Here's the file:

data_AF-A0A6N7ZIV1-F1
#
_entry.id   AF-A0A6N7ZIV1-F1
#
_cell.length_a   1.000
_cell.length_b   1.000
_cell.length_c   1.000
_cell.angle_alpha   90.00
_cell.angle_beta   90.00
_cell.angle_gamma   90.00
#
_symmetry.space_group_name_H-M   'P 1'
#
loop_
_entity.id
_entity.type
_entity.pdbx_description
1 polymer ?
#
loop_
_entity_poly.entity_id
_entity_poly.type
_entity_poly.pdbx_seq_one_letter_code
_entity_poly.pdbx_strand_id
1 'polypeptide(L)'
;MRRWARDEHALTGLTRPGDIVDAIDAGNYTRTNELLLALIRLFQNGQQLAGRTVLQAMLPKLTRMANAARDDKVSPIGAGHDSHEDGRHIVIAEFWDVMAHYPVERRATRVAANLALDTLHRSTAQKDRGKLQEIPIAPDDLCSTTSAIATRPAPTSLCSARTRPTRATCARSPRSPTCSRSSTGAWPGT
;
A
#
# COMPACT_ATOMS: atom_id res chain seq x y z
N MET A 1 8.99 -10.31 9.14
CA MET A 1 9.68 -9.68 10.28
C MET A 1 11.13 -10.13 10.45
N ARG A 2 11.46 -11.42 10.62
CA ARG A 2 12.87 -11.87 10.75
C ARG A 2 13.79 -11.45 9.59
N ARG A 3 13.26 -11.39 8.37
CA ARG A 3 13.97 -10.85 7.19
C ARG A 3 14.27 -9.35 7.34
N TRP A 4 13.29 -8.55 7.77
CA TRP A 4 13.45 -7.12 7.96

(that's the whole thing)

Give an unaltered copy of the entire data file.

data_AF-A0A6N7ZIV1-F1
#
_entry.id   AF-A0A6N7ZIV1-F1
#
_cell.length_a   1.000
_cell.length_b   1.000
_cell.length_c   1.000
_cell.angle_alpha   90.00
_cell.angle_beta   90.00
_cell.angle_gamma   90.00
#
_symmetry.space_group_name_H-M   'P 1'
#
loop_
_entity.id
_entity.type
_entity.pdbx_description
1 polymer ?
#
loop_
_entity_poly.entity_id
_entity_poly.type
_entity_poly.pdbx_seq_one_letter_code
_entity_poly.pdbx_strand_id
1 'polypeptide(L)'
;MRRWARDEHALTGLTRPGDIVDAIDAGNYTRTNELLLALIRLFQNGQQLAGRTVLQAMLPKLTRMANAARDDKVSPIGAGHDSHEDGRHIVIAEFWDVMAHYPVERRATRVAANLALDTLHRSTAQKDRGKLQEIPIAPDDLCSTTSAIATRPAPTSLCSARTRPTRATCARSPRSPTCSRSSTGAWPGT
;
A
#
# COMPACT_ATOMS: atom_id res chain seq x y z
N MET A 1 8.99 -10.31 9.14
CA MET A 1 9.68 -9.68 10.28
C MET A 1 11.13 -10.13 10.45
N ARG A 2 11.46 -11.42 10.62
CA ARG A 2 12.87 -11.87 10.75
C ARG A 2 13.79 -11.45 9.59
N ARG A 3 13.26 -11.39 8.37
CA ARG A 3 13.97 -10.85 7.19
C ARG A 3 14.27 -9.35 7.34
N TRP A 4 13.29 -8.55 7.77
CA TRP A 4 13.45 -7.12 7.96